Mapping the Seafloor

Although understanding the landscape of the ocean floor is extremely important, until recently it has been difficult to make topographic (or bathymetric) maps that are of high-enough resolution to be useful to scientists studying many of the features on the seafloor. Questions concerning how our planet works commonly require different scales of maps—from those that cover the entire seafloor of the Pacific Ocean, to those that image an individual hydrothermal chimney. On this cruise we will use sonar mapping systems mounted on the hull of the R/V Thompson (LINK) and within the body of ABE (LINK) to map the seafloor at 25 m to < 2 m resolution.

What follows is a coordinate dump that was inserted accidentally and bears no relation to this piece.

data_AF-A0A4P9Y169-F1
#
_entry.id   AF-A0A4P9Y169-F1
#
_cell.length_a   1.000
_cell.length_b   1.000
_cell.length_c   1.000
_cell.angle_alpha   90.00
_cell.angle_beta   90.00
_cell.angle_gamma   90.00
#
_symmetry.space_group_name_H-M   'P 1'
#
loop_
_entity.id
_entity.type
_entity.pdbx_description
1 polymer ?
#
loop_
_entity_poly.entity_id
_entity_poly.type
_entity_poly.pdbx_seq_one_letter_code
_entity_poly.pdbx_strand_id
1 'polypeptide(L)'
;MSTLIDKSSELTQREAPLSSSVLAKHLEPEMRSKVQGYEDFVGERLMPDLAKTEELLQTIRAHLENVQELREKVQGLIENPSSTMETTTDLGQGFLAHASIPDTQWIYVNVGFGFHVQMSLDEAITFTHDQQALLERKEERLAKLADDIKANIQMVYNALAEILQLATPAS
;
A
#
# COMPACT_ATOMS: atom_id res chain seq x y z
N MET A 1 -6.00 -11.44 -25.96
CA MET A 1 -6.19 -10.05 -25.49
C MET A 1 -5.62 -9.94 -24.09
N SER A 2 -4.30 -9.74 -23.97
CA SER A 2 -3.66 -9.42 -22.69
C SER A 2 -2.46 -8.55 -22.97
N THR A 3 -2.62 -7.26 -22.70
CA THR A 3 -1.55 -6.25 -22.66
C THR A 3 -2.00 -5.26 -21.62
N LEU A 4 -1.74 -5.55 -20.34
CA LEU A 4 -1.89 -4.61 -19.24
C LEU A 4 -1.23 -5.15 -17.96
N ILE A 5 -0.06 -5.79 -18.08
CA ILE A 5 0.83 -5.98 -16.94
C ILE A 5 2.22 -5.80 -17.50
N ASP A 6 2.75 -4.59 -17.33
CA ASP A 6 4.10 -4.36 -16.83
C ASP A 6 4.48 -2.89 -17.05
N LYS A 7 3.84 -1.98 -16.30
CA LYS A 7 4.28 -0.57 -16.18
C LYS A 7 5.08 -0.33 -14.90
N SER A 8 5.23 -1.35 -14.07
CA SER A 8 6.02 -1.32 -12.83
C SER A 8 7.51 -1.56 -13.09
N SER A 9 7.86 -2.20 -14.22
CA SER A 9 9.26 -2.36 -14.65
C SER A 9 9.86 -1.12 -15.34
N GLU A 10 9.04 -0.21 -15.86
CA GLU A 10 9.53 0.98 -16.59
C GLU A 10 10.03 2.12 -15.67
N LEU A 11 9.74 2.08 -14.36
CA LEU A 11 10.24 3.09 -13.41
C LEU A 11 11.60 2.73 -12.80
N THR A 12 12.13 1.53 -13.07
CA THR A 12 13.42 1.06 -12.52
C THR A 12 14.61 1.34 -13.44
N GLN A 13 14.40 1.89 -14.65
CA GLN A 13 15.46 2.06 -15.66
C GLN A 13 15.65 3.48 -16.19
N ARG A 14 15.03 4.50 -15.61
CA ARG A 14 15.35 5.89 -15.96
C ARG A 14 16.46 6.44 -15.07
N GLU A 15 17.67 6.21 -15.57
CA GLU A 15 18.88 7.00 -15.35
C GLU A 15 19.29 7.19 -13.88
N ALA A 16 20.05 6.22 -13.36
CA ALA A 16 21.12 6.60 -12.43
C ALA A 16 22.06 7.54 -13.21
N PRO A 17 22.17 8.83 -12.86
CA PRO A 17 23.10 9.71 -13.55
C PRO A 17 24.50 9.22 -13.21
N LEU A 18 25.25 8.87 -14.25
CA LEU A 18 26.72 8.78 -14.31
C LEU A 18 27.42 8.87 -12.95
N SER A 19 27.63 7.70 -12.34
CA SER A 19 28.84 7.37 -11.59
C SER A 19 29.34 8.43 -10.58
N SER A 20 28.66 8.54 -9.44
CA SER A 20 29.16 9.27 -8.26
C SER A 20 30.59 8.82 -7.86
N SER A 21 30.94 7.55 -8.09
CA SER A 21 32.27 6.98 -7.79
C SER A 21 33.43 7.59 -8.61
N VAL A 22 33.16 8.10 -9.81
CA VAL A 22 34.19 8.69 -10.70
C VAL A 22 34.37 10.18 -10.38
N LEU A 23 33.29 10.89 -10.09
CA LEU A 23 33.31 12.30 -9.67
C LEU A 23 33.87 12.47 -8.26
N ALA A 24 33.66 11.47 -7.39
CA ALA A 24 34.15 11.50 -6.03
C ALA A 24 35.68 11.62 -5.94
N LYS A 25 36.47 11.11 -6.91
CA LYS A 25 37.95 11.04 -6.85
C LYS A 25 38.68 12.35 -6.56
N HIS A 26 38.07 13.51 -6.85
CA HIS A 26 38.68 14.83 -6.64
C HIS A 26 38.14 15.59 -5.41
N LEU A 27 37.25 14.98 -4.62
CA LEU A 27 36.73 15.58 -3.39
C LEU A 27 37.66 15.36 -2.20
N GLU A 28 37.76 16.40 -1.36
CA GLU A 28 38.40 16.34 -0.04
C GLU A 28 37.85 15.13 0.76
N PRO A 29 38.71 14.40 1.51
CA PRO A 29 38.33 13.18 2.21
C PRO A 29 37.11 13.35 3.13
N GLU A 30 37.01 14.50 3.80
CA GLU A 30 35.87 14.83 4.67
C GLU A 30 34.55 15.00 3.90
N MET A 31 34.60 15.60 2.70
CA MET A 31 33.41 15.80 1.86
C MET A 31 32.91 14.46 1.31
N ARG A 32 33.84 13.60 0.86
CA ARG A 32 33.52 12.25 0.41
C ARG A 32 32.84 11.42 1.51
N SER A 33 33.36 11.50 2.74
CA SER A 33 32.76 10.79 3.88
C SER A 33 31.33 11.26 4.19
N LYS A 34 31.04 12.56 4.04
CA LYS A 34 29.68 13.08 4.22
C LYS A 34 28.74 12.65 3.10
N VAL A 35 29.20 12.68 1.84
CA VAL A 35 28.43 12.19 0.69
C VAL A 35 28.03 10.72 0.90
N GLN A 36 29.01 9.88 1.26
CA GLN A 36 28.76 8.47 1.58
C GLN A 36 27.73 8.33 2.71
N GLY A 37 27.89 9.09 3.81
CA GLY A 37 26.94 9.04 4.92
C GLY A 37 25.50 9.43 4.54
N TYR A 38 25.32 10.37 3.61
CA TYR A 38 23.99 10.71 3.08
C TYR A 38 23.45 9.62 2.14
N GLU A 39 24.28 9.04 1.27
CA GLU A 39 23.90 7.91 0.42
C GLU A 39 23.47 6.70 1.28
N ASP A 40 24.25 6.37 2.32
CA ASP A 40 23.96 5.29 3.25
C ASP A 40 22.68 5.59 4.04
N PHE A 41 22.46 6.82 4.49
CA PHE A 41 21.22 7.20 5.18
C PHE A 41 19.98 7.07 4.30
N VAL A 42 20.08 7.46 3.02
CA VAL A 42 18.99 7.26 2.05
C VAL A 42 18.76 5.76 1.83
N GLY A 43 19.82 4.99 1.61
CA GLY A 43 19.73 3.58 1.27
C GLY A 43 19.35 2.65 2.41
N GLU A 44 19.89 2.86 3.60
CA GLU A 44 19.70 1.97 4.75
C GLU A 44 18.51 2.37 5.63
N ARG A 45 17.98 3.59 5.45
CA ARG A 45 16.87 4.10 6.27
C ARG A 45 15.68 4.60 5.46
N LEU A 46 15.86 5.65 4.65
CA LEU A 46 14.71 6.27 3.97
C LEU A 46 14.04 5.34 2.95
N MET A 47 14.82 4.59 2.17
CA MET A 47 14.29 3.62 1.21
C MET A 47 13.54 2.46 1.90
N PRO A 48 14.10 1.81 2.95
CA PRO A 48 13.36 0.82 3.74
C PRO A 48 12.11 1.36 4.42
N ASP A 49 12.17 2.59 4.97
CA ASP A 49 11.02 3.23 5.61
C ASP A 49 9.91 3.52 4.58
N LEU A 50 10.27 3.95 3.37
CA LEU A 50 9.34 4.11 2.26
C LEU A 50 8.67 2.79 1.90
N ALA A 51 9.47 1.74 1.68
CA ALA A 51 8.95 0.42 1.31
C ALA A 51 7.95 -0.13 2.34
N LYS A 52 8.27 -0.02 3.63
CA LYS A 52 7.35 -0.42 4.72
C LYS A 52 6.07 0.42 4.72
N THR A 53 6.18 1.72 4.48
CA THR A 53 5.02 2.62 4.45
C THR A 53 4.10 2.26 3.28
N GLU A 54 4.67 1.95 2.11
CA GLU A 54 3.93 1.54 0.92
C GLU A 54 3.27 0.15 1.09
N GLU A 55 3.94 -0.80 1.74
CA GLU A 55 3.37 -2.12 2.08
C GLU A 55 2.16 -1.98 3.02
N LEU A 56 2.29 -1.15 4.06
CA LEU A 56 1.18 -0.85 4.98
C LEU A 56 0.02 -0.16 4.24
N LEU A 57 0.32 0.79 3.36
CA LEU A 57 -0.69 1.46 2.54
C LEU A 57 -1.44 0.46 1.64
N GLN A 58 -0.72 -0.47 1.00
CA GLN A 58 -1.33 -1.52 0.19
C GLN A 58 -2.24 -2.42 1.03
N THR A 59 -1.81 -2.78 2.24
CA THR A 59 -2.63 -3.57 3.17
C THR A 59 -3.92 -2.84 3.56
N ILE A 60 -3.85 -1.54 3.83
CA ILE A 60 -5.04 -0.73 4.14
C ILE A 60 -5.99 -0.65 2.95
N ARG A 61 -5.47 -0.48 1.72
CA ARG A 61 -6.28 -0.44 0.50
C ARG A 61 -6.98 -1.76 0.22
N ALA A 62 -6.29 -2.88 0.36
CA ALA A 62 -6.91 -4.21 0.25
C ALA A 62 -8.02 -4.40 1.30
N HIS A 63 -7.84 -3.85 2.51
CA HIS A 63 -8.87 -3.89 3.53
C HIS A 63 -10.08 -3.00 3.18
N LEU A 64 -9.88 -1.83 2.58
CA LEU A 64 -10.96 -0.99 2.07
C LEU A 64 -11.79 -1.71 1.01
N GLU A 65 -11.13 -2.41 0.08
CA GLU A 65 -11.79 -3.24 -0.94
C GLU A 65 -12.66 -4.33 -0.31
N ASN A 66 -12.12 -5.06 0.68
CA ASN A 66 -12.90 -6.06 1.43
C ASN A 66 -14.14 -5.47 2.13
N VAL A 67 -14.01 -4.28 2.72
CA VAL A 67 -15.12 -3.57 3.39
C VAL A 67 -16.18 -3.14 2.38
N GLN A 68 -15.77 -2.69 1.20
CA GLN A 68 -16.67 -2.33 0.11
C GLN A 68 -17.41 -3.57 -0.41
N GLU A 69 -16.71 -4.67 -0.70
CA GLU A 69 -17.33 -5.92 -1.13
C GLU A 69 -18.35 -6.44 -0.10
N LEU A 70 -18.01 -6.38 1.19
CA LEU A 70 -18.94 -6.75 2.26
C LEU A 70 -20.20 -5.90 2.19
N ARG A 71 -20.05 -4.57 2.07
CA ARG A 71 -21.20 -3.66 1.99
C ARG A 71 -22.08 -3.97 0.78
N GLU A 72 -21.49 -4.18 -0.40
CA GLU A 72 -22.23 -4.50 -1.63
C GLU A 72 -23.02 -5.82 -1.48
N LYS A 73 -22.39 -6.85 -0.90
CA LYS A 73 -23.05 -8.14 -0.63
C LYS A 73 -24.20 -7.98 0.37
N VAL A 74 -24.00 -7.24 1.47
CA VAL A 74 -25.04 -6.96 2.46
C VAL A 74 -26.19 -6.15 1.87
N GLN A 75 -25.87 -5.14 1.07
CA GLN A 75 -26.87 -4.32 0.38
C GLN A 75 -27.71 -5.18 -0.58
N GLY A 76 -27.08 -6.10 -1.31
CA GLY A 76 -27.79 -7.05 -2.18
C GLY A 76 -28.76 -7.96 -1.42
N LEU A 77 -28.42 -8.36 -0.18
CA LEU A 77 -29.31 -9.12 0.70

Only about 10 percent of the ocean floors have been mapped in detail. We know more about the detailed topography of Mars than we do about the shape of the ocean floor. One of the exciting challenges ahead will be to use new advances in technology to obtain ever higher-resolution images of the seafloor and our planet. Such maps are extremely important in understanding how mountains are formed, how the tectonic plates split apart, and in the hunt for new and different kinds of submarine hydrothermal systems.